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Finally, in the bottom left corner, the ProArt X570-Creator WiFi has its PCIe slots. It has three full x16 length slots and the top two run off the CPU. For newer CPUs that support it, that will be a single x16 PCIe 4.0 slot or dual x8 slots or for older CPUs, those will be PCIe 3.0. The bottom slot runs off the X570 chipset and runs in x4 mode. The second slot does share bandwidth with the M.2_2 slot so when this is the case the slot will run in x4 mode. There is one M.2 slot up above the top PCIe slot and then two tip to tip below the second that runs across the whole board. The M.2_1 and M.2_3 slots have dedicated lanes and all three M.2 slots are capable of x4 bandwidth, PCIe 4.0 if supported, and SATA. The M.2_1 and 2 slots use CPU lanes and the third slot runs off the chipset. On the left Asus has a dedicated area partitioned off for the onboard audio. The split PCB design helps keep interference down. This runs on the Realtek S1220A CODEC and is 7.1. It also has impedance sensors for the front and rear to automatically switch and internal amps for headphone use as well. The gold caps are Nichicon caps which is nice to see as well. For connections along the bottom edge on this left side of the board, the front panel audio is on the far left to keep it close to the onboard audio circuitry. There is then a COM port, one last four-pin PWM fan header (for a total of 8), and then the clrtc which is the CMOS clear header.

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For the rear I/O, the ProArt X570-Creator WiFi does come with the I/O shield pre-attached and along with that, the entire rear I/O has a plastic cover on the top. The cover is plastic and has a tinted translucent look that matches the blacked out look of the board but gives a slight peek behind the shield as well. For the I/O connections on the left, you have an HDMI port which works only with CPUs with a built-in GPU, and above that is a DisplayPort which is an input used to pass through display to the Thunderbolt 4 connections. Next to that, they have two antenna connections for the built-in 2x2 WiFi 6E as well as the Bluetooth v5.2. From there you have two USB 3.2 Gen 1 ports stacked and distinguished by their blue color. There are two more of the same 3.2 Gen 1 Type-A connections to the right sitting below the network connections as well. For the network connections, there are two, the one on the left is a 10G running on the Marvell AQtion AQC113CS controller and the one on the right is an Intel I225-V 2.5G NIC. At the bottom of both of those stacks, there are two Type-C connections, both are Thunderbolt 4. Then to the right of that is another stack of USB ports, four this time which are all a blue/green color. These are the faster USB 3.2 Gen 2 Type-A connections. Then to the far right, the ProArt X570-Creator WiFi has the normal audio connections minus an optical connection which has been replaced with the BIOS Flashback button for updating the BIOS even without a CPU installed which is helpful in situations like this where you might be running a CPU that came out after the launch of the motherboard.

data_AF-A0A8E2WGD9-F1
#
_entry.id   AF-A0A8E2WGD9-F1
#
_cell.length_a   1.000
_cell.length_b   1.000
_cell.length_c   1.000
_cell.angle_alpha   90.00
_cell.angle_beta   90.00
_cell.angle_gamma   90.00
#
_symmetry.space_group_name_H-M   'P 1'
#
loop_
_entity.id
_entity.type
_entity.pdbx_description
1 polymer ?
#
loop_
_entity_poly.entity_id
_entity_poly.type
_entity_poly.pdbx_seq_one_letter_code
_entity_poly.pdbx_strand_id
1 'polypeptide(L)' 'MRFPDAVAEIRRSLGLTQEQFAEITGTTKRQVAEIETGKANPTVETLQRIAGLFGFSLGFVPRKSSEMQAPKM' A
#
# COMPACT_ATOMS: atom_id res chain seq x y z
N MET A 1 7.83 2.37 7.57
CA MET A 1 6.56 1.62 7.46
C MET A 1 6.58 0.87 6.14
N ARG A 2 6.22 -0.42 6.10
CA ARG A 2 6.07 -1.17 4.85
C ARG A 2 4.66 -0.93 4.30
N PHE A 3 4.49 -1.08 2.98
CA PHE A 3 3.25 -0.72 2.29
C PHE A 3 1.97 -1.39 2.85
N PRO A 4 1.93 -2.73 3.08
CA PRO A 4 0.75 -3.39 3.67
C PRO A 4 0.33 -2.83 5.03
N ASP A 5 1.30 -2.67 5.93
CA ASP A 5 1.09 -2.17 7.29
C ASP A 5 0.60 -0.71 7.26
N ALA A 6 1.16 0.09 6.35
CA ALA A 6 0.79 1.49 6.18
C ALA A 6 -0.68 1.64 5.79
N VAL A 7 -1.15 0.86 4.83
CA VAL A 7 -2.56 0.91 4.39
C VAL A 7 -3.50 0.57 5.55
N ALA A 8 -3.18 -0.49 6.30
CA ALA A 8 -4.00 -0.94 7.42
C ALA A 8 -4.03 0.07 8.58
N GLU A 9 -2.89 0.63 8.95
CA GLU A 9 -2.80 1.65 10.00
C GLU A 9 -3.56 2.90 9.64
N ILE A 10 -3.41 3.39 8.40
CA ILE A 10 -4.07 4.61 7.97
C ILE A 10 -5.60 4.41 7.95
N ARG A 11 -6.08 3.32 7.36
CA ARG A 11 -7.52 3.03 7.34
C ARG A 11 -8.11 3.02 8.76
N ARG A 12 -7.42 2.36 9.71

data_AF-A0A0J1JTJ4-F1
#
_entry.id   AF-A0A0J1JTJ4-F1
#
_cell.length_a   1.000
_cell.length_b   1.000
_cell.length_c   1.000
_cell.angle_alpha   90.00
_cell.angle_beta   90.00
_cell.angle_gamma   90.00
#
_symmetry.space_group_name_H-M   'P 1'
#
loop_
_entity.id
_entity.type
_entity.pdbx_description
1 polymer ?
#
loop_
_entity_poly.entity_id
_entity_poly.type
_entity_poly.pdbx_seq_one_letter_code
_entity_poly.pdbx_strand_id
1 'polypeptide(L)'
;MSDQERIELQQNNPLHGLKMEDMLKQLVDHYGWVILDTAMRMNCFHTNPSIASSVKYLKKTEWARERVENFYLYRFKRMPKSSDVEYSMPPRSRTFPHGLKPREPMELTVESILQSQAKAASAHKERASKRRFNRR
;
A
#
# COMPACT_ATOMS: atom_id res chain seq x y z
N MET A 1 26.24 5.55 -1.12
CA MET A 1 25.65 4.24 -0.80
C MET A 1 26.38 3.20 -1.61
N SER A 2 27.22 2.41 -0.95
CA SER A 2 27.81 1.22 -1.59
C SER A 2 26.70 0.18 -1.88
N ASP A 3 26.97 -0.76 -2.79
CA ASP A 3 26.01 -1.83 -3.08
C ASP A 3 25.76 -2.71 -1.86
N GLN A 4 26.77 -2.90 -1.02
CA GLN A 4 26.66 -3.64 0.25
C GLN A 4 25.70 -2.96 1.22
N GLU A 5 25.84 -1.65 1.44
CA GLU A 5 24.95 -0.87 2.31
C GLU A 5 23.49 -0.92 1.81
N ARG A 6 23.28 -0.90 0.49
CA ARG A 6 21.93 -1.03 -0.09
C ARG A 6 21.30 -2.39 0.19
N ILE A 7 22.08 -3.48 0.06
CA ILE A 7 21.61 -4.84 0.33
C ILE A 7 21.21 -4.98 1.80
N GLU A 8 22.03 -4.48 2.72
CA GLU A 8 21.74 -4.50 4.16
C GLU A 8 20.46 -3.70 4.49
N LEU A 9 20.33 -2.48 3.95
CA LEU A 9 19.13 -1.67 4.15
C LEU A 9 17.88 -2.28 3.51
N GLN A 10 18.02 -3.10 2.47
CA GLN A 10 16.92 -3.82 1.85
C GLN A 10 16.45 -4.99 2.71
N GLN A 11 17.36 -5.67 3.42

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The back of the ProArt X570-Creator WiFi gives us a much better look at the blacked out PCB. The CPU socket has the standard metal backplate and tucked between that and the memory Asus has a lot of the normally required logos printed to keep the rest of the board clean. The back view also lets us see the split PCB around the audio circuitry as well.